American RadioWorks |
teaching-teachers

Teaching Teachers

Research shows good teaching makes a big difference in how much kids learn. But the United States lacks an effective system for training new teachers or helping them get better once they're on the job. This documentary examines why, and asks what it would take to improve American teaching on a wide scale. We meet researchers who are trying to understand what makes teaching complex, and how to determine whether someone is ready to be a teacher. We also visit U.S. schools that are taking a page from Japan and radically rethinking the way they approach the idea of teacher improvement.

Recent Posts

  • 08.27.15

    An American way of teaching

    In 1993, a group of researchers set out to do something that had never been done before. They would hire a videographer to travel across the United States and record a random sample of eighth-grade math classes. What they found revealed a lot about American teaching.
  • 08.27.15

    Rethinking teacher preparation

    In the United States, teaching isn't treated as a profession that requires extensive training like law or medicine. Teaching is seen as something you can figure out on your own, if you have a natural gift for it. But looking for gifted people won't work to fill the nation's classrooms with teachers who know what they're doing.
  • 08.27.15

    A different approach to teacher learning: Lesson study

    In the United States, we tend to think that improving education is about improving teachers - recruiting better ones, firing bad ones. But the Japanese think about improving teaching. It's a very different idea.
  • 08.27.15

    Thinking about math from someone else’s perspective

    "What you do when you’re teaching is you think about other people’s thinking. You don’t think about your own thinking; you think what other people think. That’s really hard." -Deborah Ball

American RadioWorks |
teaching-teachers

Teaching Teachers

Research shows good teaching makes a big difference in how much kids learn. But the United States lacks an effective system for training new teachers or helping them get better once they're on the job. This documentary examines why, and asks what it would take to improve American teaching on a wide scale. We meet researchers who are trying to understand what makes teaching complex, and how to determine whether someone is ready to be a teacher. We also visit U.S. schools that are taking a page from Japan and radically rethinking the way they approach the idea of teacher improvement.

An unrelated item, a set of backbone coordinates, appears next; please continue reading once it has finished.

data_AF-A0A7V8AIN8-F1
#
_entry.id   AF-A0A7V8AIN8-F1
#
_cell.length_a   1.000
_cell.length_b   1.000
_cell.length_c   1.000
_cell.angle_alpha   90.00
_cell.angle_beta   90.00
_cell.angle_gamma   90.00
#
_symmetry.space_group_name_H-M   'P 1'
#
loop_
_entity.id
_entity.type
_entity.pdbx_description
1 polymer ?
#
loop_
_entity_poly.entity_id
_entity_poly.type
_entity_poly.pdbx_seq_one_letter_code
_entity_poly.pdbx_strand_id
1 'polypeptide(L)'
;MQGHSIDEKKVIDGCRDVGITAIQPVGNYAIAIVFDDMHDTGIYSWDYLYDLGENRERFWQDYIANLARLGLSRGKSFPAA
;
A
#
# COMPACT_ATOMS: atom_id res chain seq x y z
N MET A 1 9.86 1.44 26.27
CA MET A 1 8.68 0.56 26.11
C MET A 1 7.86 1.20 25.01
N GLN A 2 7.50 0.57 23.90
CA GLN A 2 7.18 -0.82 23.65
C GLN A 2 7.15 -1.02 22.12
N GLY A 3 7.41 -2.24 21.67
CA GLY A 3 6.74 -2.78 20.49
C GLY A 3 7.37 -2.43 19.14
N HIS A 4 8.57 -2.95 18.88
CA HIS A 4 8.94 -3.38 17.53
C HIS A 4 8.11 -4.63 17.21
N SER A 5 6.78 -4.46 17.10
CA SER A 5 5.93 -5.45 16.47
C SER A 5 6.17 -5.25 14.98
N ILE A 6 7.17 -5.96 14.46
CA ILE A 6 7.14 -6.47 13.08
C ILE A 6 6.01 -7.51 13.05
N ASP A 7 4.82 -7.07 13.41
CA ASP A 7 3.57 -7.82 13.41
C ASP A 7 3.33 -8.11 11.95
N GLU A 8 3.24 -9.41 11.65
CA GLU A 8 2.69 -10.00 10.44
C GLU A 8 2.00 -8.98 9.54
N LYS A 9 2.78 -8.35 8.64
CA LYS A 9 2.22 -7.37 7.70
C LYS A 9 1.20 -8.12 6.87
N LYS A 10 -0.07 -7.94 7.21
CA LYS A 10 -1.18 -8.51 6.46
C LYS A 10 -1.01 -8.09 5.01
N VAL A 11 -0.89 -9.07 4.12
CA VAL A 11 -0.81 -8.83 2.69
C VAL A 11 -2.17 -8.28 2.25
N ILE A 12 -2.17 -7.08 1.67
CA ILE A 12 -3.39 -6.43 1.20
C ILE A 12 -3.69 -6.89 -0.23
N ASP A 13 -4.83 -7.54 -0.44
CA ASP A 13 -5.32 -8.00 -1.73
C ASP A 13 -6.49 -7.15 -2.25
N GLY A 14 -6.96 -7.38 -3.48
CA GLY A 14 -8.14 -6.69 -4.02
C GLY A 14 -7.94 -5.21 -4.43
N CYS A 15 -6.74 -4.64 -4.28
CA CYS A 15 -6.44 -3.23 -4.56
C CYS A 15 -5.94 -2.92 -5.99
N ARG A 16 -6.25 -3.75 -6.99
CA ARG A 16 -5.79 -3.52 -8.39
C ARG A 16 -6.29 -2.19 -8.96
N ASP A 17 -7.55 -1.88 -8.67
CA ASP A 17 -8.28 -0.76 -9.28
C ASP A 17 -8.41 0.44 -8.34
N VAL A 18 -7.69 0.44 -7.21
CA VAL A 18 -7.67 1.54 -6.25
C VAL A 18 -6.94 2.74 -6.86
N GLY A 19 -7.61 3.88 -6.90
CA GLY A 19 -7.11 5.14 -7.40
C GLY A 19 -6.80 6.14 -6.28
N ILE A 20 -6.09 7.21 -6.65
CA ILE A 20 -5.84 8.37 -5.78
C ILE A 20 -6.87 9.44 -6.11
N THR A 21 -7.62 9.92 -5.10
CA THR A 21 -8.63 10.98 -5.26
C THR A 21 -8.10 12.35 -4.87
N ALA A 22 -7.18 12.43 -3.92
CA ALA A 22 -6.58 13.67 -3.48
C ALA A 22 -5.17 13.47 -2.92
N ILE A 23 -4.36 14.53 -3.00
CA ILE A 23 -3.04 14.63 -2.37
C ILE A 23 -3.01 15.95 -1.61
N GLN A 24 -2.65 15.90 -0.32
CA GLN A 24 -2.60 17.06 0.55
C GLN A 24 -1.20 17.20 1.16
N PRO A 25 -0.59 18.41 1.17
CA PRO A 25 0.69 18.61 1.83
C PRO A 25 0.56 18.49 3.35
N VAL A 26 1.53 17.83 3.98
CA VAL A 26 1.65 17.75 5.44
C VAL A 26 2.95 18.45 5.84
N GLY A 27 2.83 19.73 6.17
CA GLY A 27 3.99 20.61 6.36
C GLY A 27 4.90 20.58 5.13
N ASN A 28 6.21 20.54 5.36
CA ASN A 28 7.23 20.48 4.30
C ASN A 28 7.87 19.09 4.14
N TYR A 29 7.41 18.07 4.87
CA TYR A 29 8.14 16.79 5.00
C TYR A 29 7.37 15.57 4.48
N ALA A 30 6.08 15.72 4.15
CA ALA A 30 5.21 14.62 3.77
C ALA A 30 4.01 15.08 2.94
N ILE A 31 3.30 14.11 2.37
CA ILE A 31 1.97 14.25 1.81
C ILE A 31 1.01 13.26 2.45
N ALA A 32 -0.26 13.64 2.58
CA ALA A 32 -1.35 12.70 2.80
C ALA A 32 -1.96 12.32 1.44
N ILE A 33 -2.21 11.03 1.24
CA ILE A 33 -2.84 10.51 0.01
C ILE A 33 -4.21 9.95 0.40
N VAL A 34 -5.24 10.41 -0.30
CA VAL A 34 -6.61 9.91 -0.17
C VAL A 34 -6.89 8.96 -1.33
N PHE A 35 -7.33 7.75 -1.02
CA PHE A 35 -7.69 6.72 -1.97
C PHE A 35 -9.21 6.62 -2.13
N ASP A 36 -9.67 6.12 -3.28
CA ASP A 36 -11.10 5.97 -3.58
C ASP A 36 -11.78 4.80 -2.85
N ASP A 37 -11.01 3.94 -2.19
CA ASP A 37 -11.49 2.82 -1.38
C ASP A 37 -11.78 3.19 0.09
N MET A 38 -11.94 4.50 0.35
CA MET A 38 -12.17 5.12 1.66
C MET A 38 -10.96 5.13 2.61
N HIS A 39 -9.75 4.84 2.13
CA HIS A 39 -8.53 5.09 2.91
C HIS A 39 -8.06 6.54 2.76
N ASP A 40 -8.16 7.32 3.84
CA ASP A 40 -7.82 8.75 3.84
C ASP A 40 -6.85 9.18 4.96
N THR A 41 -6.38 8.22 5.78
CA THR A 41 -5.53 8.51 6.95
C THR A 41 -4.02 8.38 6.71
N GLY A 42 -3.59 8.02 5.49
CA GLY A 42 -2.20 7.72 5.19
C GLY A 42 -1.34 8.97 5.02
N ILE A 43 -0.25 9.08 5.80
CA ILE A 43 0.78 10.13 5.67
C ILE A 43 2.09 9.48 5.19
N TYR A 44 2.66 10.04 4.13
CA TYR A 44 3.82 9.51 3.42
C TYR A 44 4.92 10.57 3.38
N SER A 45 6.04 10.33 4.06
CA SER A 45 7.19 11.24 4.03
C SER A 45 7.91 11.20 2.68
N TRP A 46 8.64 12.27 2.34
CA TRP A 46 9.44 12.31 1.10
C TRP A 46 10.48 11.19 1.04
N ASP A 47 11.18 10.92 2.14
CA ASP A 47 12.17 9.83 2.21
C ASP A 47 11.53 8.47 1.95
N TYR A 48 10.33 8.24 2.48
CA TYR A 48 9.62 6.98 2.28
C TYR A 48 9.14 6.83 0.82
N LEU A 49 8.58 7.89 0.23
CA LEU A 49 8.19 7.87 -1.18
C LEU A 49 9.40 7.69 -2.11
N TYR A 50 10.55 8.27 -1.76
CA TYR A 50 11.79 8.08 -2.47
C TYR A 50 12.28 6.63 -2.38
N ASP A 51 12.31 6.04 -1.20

Recent Posts

  • 08.27.15

    An American way of teaching

    In 1993, a group of researchers set out to do something that had never been done before. They would hire a videographer to travel across the United States and record a random sample of eighth-grade math classes. What they found revealed a lot about American teaching.
  • 08.27.15

    Rethinking teacher preparation

    In the United States, teaching isn't treated as a profession that requires extensive training like law or medicine. Teaching is seen as something you can figure out on your own, if you have a natural gift for it. But looking for gifted people won't work to fill the nation's classrooms with teachers who know what they're doing.
  • 08.27.15

    A different approach to teacher learning: Lesson study

    In the United States, we tend to think that improving education is about improving teachers - recruiting better ones, firing bad ones. But the Japanese think about improving teaching. It's a very different idea.
  • 08.27.15

    Thinking about math from someone else’s perspective

    "What you do when you’re teaching is you think about other people’s thinking. You don’t think about your own thinking; you think what other people think. That’s really hard." -Deborah Ball

Back to all reports

Service Employees & Industries Union - $19,231.37 spent on 12 trips
100.0% spent on Democratic Party
0.0% spent on Independent Party
0.0% spent on Republican Party

JACKSON, JESSE JR - Democratic Party
August 24, 2001 - August 24, 2001 (1 days)
Oakland, CA
Purpose - Speaking engagement
Total Cost - $2,251.50

MCDERMOTT, JAMES A - Democratic Party
January 24, 2003 - January 25, 2003 (2 days)
Atlanta, GA
Purpose - Speech, SEIU Executive Board